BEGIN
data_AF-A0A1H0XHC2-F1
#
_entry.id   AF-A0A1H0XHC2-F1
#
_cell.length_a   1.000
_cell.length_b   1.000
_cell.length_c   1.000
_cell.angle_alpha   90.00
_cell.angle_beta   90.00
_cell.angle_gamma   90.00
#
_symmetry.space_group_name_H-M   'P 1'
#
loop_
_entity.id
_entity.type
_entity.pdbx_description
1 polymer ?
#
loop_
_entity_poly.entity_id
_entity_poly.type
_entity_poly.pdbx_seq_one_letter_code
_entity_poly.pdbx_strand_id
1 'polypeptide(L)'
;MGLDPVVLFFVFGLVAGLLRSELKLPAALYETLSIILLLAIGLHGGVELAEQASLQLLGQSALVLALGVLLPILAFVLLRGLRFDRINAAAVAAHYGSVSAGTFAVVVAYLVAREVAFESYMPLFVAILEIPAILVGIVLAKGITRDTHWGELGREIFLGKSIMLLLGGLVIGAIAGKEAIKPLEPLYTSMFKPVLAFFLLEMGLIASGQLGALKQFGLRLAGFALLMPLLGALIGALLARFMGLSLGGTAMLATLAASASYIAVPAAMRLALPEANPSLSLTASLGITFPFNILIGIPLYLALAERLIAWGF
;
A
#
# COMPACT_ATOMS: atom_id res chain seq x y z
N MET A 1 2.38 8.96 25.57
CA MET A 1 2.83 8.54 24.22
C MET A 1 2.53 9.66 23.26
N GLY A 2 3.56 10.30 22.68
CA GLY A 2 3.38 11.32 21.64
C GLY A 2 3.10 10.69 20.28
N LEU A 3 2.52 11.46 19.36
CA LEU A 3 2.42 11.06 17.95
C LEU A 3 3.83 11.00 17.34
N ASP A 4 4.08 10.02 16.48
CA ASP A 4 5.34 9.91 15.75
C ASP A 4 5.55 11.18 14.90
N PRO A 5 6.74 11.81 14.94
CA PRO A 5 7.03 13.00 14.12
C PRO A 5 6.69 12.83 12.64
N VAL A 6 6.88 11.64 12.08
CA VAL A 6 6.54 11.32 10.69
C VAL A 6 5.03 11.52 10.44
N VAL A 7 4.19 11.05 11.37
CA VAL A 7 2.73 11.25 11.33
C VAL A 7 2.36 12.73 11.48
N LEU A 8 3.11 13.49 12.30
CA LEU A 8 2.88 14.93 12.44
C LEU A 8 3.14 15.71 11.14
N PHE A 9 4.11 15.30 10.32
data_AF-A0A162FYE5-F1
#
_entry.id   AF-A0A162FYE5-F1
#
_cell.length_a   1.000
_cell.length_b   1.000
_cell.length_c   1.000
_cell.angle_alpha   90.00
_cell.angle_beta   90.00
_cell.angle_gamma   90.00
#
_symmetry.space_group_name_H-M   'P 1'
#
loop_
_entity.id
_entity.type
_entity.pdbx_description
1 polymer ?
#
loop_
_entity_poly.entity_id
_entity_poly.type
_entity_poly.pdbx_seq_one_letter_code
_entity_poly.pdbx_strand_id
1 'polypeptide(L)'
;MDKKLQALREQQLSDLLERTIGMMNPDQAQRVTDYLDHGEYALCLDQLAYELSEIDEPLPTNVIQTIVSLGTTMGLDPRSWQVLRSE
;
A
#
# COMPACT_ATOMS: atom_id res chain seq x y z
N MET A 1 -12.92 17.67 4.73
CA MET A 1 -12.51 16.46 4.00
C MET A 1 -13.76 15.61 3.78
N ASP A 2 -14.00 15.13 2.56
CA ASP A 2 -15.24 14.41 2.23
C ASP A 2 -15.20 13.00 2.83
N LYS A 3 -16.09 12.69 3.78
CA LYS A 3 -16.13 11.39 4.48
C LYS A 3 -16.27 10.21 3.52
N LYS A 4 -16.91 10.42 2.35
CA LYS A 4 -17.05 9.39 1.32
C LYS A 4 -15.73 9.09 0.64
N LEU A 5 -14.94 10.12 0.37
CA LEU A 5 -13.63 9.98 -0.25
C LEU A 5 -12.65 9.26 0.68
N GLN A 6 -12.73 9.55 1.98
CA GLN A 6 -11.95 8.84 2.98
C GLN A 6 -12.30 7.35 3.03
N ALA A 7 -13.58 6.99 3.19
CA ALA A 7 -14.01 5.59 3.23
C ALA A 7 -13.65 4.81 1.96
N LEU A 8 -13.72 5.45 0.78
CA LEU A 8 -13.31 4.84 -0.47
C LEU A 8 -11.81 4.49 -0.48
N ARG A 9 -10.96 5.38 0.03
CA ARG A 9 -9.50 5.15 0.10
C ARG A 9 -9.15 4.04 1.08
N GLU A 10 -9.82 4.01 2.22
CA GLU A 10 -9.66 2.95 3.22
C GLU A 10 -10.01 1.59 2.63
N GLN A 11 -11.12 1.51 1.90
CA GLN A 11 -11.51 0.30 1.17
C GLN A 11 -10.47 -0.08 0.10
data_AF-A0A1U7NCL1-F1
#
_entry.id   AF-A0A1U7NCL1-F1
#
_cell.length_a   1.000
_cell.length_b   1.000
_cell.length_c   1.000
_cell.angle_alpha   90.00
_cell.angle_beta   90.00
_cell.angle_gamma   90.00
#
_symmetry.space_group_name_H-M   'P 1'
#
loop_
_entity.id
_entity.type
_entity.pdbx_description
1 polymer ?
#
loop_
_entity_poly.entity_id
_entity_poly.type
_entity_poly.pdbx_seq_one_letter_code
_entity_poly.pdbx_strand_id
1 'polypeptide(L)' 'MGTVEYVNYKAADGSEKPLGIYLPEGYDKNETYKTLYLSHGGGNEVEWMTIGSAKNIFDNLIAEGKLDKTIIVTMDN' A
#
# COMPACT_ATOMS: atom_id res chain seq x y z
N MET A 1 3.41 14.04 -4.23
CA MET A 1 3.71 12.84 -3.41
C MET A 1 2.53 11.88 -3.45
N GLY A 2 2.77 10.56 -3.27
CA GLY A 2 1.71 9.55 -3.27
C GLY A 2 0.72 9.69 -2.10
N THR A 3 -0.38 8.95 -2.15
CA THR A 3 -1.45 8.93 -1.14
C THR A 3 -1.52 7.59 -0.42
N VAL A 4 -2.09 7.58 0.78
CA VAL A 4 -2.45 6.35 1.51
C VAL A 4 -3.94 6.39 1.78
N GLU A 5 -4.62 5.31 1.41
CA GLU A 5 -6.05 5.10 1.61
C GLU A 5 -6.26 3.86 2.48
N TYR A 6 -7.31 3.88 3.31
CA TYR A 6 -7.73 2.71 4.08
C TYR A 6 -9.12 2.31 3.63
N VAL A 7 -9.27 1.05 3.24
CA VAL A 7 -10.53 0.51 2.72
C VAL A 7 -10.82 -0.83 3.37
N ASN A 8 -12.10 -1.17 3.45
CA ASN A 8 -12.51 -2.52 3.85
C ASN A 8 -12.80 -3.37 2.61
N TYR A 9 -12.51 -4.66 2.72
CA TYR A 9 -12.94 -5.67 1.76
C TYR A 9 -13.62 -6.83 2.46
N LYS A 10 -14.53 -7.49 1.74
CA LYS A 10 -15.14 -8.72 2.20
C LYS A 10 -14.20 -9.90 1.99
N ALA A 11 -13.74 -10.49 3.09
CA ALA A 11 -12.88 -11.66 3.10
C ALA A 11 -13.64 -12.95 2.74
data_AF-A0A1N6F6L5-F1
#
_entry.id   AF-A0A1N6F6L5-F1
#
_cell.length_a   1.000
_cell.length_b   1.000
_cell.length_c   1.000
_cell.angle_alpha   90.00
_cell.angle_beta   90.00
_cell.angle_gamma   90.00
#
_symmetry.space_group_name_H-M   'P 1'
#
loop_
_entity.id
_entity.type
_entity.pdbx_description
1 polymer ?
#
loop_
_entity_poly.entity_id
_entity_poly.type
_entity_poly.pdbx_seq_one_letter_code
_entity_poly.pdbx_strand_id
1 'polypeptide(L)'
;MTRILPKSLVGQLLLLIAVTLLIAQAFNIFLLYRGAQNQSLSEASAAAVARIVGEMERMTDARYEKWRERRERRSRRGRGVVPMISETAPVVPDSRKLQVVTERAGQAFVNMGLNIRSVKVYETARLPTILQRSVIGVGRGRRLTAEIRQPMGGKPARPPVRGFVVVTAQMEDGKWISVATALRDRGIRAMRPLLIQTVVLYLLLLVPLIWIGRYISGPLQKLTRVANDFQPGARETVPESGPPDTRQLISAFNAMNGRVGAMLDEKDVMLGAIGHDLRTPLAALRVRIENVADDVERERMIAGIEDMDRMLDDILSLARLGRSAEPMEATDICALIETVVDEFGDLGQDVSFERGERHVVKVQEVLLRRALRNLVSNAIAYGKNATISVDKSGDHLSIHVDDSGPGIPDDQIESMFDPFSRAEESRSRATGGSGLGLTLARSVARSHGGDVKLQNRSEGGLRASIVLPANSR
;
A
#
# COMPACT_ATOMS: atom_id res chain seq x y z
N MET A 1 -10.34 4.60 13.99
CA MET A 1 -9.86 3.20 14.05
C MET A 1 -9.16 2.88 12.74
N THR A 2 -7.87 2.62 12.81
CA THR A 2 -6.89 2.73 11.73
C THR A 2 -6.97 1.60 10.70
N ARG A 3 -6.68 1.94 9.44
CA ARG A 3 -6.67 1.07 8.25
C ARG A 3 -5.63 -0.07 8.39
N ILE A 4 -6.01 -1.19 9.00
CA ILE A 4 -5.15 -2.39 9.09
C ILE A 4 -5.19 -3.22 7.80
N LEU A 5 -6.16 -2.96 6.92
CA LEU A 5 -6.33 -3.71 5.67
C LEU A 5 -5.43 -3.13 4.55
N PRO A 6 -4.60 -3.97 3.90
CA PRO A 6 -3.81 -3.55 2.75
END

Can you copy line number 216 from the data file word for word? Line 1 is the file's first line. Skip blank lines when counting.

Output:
CA ARG A 3 -6.67 1.07 8.25